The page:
Data recovery projects are a valuable contribution to modern climate science, releasing data from paper archives and making them available to modern analysis. The sources are varied, from arctic explorations to early weather observers. A recent project led by Professor Ed Hawkins at the University of Reading in collaboration with Met Office, asked the public to help digitise over five million historical UK rainfall observations dating between 1677 and 1960. The project launched at the start of the first COVID-19 lockdown in the UK, and the response from the public was incredible, completing the whole activity in just 16 days. The resulting data has already re-written some of our climate history books, with 1855 now holding the title of driest year on record.
The granularity of the data also means we can explore some regional extremes. For example, Cumbria experienced two exceptionally wet months in November 2009 and December 2015. Thanks to the years of data, we can now put this into an even longer historical context to see that the only other month to come close in over 180 years was November 1852 – an exceptionally wet month for England, during which flooding disrupted the Duke of Wellingtons’ funeral procession.
Image: Monthly rainfall for Cumbria 1836-2021 highlighting the extreme wet months in 1852, 2009 and 2015. (Source: Met Office)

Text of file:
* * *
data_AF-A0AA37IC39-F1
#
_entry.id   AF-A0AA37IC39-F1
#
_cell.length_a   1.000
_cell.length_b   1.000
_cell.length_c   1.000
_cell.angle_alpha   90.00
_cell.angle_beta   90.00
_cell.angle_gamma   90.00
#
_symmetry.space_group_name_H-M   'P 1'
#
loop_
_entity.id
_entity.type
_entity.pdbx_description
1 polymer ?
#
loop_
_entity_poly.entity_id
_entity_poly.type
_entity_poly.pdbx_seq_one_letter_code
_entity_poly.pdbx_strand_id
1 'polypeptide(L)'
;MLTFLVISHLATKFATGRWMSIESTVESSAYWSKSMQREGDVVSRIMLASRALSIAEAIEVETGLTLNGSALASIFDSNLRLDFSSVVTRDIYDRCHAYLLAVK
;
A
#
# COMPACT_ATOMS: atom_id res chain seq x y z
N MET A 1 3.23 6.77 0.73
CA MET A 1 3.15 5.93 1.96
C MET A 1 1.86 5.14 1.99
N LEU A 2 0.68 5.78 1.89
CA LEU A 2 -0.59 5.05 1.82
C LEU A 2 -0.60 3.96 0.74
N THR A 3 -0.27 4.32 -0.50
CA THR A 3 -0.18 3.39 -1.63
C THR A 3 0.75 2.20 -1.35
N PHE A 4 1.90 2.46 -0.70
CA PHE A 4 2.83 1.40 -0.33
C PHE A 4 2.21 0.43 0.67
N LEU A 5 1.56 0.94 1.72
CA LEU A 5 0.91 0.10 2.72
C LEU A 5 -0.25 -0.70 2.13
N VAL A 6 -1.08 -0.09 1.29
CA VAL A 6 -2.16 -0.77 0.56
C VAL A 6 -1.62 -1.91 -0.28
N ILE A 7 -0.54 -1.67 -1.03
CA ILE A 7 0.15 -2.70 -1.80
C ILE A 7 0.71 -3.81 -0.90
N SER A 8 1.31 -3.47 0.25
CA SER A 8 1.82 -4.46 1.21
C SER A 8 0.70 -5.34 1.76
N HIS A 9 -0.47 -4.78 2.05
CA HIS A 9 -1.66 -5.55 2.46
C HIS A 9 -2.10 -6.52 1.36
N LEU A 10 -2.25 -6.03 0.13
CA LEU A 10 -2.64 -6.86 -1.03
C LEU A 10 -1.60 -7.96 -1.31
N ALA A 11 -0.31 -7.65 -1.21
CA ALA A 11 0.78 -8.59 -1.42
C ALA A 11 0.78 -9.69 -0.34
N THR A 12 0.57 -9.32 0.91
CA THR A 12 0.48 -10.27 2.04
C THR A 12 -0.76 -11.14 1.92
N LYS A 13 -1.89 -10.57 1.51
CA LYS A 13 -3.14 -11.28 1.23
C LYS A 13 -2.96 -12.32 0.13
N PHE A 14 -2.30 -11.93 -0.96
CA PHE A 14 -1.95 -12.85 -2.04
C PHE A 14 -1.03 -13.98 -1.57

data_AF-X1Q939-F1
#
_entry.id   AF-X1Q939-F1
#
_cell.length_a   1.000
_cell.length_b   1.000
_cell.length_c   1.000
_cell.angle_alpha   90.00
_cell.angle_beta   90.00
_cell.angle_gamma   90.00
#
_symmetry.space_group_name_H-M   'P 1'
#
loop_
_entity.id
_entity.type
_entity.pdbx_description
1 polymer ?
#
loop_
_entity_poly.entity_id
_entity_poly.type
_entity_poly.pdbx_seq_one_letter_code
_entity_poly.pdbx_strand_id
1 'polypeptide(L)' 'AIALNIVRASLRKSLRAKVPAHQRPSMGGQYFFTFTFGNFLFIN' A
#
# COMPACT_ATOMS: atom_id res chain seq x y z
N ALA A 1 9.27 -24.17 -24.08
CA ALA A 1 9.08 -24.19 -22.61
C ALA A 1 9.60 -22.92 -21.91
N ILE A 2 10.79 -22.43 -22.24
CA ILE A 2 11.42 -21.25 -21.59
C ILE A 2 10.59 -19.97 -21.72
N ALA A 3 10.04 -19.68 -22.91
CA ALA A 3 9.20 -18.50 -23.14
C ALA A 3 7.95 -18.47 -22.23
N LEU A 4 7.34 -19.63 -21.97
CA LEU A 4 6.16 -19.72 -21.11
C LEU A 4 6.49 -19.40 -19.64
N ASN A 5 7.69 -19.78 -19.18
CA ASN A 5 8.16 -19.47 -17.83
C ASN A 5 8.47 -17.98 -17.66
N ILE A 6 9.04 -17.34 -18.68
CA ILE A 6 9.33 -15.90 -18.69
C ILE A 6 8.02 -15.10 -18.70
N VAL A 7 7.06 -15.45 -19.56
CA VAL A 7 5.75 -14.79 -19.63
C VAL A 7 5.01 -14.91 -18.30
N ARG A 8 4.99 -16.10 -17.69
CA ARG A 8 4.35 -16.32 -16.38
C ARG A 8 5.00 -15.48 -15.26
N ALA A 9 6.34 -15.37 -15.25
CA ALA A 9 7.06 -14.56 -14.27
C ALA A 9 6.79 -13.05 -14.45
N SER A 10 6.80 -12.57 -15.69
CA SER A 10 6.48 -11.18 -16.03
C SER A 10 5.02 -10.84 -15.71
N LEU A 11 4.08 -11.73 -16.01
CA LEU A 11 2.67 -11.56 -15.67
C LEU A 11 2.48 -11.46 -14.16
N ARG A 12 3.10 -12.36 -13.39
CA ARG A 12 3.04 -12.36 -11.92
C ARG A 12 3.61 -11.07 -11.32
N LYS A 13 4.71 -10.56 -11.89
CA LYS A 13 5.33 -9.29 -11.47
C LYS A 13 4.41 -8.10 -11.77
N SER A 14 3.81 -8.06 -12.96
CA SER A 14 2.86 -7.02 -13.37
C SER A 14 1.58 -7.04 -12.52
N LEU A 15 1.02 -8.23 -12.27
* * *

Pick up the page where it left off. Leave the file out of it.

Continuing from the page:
The same is true for heatwaves, with the existence of climate records spanning in some cases well in excess of 100 years, allowing us to capture the most extreme heat events from the past. The recovery of historical measurements has allowed us to place over 100 years of summer heatwaves into context. While the heatwaves of 1976 and 1995 are still in living memory, thanks to our climate archives we also know that the summer of 1911 saw a stand-out heatwave. The temperature reached 36.7°C on 9 August that year, a UK high temperature record that stood for nearly 80 years until 37.1°C was reached on 3 August 1990. That temperature has been met or exceeded another four times since this date.
Image: Top ten hottest days on record based on highest maximum temperature. (source: Met Office)
Understanding our climate
Climate change is a global issue, and therefore it is also imperative that we are able to monitor changes across the world. Major national and international collaborations have collated international observations data from land, ice and oceans to track the world’s changing climate. These datasets not only broaden our understanding of climate change, but also our chances of achieving global aims such as the Paris Agreement “to strengthen the global response to the threat of climate change by keeping a global temperature rise this century well below 2 degrees Celsius above pre-industrial levels and to pursue efforts to limit the temperature increase even further to 1.5 degrees Celsius.”
Huge progress has been made in building global temperature datasets covering the mid-19th century onward, so we can say that the 2021 was over 1°C warmer than a pre-industrial baseline. Climate monitoring is, however, not limited to temperature and rainfall. A wide range of essential climate variables covering land, oceans, atmosphere and the cryosphere are routinely monitored. In all cases, digitisation and further data recovery activities continue to improve our understanding of the climate of the past, which in turn helps us understand the risks from the present and future climate change.